A building project typically involves several subcontractors -- electricians, bricklayers, plumbers and more -- with the main contractor overseeing and coordinating them. Part of the contractor's job is disbursing payments to the subs and suppliers. If a subcontractor doesn't get her money, she may be able to sue the contractor. It's often easier to sue the property owner, however.
If the subcontractor doesn't get paid, she can file a mechanic's lien on the building. First, the contractor notifies the property owner, then she files the lien if he doesn't pay. She can use the lien to foreclose on the property and get her money from the sale. It doesn't matter if the property owner paid the contractor in good faith. The law is designed to protect subcontractors, even if the homeowner has to pay for the work twice.
Going After the Contractor
A subcontractor can sue the contractor rather than filing a mechanic's lien. The sub can also report the contractor to the state licensing board. The exact rules and penalties vary with state law. In California, for example, a sub can sue for the original unpaid bill, plus interest, legal fees and a penalty equal to 2 percent of the bill. Subs also can take action if the contractor delays payment for longer than state law allows.
Pay If Paid
Some contractors protect themselves by including a pay-when-paid or pay-if-paid clause in their subcontractor agreements. Pay-when-paid says the sub only gets paid after the property owner disburses the money. It doesn't completely exempt the contractor from paying subcontractors. Pay-if-paid is a stronger clause. It says if the owner doesn't pay, the sub has no claim against the contractor. Courts in some states, such as New York, have ruled that pay-if-paid violates the sub's rights. Courts elsewhere have allowed the clause.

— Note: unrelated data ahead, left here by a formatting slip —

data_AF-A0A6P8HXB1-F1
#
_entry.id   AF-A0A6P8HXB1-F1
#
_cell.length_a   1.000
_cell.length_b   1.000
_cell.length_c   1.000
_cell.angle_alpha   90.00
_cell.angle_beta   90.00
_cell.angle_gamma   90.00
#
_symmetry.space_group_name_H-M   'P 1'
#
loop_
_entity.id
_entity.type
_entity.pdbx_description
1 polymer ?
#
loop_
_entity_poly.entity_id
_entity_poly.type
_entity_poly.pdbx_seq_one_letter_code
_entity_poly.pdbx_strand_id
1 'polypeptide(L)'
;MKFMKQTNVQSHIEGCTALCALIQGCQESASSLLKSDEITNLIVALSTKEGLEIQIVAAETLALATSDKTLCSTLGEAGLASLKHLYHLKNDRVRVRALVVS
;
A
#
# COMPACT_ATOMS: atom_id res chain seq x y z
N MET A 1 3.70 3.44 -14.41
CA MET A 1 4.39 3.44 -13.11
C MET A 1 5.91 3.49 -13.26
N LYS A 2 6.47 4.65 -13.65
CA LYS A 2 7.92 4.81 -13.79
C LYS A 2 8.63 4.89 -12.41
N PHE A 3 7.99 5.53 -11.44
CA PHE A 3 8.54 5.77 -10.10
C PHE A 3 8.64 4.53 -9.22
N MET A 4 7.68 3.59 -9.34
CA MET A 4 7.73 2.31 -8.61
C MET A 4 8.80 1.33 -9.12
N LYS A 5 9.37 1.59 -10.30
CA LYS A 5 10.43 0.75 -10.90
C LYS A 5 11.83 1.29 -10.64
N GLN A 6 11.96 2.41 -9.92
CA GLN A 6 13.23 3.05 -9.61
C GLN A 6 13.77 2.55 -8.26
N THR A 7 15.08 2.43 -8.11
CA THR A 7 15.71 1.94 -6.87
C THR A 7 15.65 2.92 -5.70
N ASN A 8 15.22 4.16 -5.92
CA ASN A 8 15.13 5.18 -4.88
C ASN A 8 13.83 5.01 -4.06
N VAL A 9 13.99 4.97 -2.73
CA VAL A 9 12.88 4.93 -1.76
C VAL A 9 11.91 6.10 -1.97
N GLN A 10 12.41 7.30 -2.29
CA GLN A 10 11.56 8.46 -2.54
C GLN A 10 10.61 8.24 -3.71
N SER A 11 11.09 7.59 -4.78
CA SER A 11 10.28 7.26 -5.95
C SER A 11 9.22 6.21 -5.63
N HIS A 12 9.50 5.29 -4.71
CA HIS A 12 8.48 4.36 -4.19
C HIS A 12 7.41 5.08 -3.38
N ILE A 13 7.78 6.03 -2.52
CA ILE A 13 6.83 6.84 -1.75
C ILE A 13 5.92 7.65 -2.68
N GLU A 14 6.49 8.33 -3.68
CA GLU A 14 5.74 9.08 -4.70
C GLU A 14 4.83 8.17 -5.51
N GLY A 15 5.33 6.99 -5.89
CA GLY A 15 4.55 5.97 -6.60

Some property owners, particularly a state, local or federal government, require the contractor to take out a payment bond with a surety company. A payment bond is a kind of insurance: If the contractor doesn't pay the subs, the surety company takes care of it. This protects the owner and ensures the subs get paid. The surety company can then sue the contractor to collect its money. Subcontractors can usually file up to a year after they last worked on the project.
- Nolo: Mechanic's Liens From Home Improvements
- Stimmel, Stimmel & Smith: Penalties for Failure to Pay Subcontractors
- Zetlin & DeChiara: The Consequences of "Pay-If-Paid" and "Pay-When-Paid" Construction Contracts Clauses
- Lexology: The Differences Between "Pay if Paid" and "Pay When Paid Clauses in Construction Contracts
- Cross Agency: Payment Bonds: Protection for Subcontractors
A graduate of Oberlin College, Fraser Sherman began writing in 1981. Since then he's researched and written newspaper and magazine stories on city government, court cases, business, real estate and finance, the uses of new technologies and film history. Sherman has worked for more than a decade as a newspaper reporter, and his magazine articles have been published in "Newsweek," "Air & Space," "Backpacker" and "Boys' Life." Sherman is also the author of three film reference books, with a fourth currently under way.